Traditionally knowledge was linear. Stored on tablets, scrolls or books in an explicitly linear fashion. The writer or writers of the “book” translated something they claimed as knowledge so that others could learn it and apply it in new situations.
Much has been made recently of knowledge discovery through visualization. As databases get connected and one database becomes a correlated data set or even metadata for another set of data, relationships, even meaning, can be found through visualizations that would take many lines of code and endless SQL queries.
But not all knowledge fits neatly into rows and columns. Knowledge includes metadata, contexts, relationships and other attributes that may be difficult to represent in columns, or even text. Even the richness of video fails because it is really but an enhanced narrative. In any narrative, the writer may make references, generate allusions and link to other ideas. But in most forms, connecting the dots back to the mental model falls to the person receiving the experience. Visual knowledge… Full Article >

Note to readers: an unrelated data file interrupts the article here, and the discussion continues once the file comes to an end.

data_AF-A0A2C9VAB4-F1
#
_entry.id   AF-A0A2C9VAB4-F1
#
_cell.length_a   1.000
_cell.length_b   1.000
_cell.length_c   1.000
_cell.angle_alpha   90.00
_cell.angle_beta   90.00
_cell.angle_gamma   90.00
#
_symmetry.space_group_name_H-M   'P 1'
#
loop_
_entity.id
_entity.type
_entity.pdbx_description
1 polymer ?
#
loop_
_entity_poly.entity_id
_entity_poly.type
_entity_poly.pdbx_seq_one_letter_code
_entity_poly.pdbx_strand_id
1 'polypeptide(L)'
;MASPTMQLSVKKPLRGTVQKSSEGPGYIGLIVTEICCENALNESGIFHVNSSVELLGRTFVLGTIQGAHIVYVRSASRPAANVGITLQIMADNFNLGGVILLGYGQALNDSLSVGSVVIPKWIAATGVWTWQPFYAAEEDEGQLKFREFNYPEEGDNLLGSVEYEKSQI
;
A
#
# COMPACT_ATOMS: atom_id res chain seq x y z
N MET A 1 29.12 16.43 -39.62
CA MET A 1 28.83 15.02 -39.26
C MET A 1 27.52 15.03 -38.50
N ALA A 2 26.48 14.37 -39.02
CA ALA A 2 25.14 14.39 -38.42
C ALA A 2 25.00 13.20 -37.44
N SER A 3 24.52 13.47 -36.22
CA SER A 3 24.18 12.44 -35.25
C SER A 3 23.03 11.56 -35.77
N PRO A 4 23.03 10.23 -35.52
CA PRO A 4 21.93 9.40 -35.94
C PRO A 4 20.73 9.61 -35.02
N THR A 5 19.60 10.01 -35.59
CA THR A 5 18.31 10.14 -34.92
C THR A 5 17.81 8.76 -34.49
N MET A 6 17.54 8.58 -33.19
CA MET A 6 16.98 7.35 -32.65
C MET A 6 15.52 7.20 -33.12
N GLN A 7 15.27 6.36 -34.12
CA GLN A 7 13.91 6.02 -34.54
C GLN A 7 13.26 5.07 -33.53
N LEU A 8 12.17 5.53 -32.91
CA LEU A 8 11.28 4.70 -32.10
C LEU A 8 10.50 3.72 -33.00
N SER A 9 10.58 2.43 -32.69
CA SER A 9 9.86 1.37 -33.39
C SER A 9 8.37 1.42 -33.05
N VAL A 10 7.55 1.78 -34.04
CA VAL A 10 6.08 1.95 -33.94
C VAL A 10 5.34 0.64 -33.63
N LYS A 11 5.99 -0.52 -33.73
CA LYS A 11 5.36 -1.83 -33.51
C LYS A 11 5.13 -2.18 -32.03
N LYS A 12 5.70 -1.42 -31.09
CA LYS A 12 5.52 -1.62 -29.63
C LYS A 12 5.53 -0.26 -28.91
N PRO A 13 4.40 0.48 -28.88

Psycho-cognitive search- A steroid for KM?
France continues to incubate search, content processing and analytics innovations. Exalead, founded by a member of the Alta Vista search team, challenged Google with 64-bit architecture in the early 2000s. Other notable French companies offering a range of capable information retrieval solutions include Antidot and Sinequa.
In my experience, systems developed and nurtured in France have three distinctive characteristics. First, the companies implement specific philosophical ideas in their systems. Sinequa, for instance, takes an integrative approach to information access. The original Exalead embraced the mathematical foundation of France’s elite universities.
Second, the solutions handle French language content better than search systems crafted to address findability problems in English or Chinese. The French language poses formidable grammatical challenges and fast-changing expressive idioms… Full Article>
Workforce analytics offers insights into performance
The surging interest in performance measurement pervades all aspects of business and is prompting growing interest in workforce analytics. The ultimate goal of workforce analytics is to connect employee behavior with organizational performance, thereby prompting data-driven decisions rather than subjective ones. At this point, most organizations are not able to establish a causal relationship, but the increasing ability to analyze information from disparate sources enterprisewide is helping them make use of the plethora of data they collect.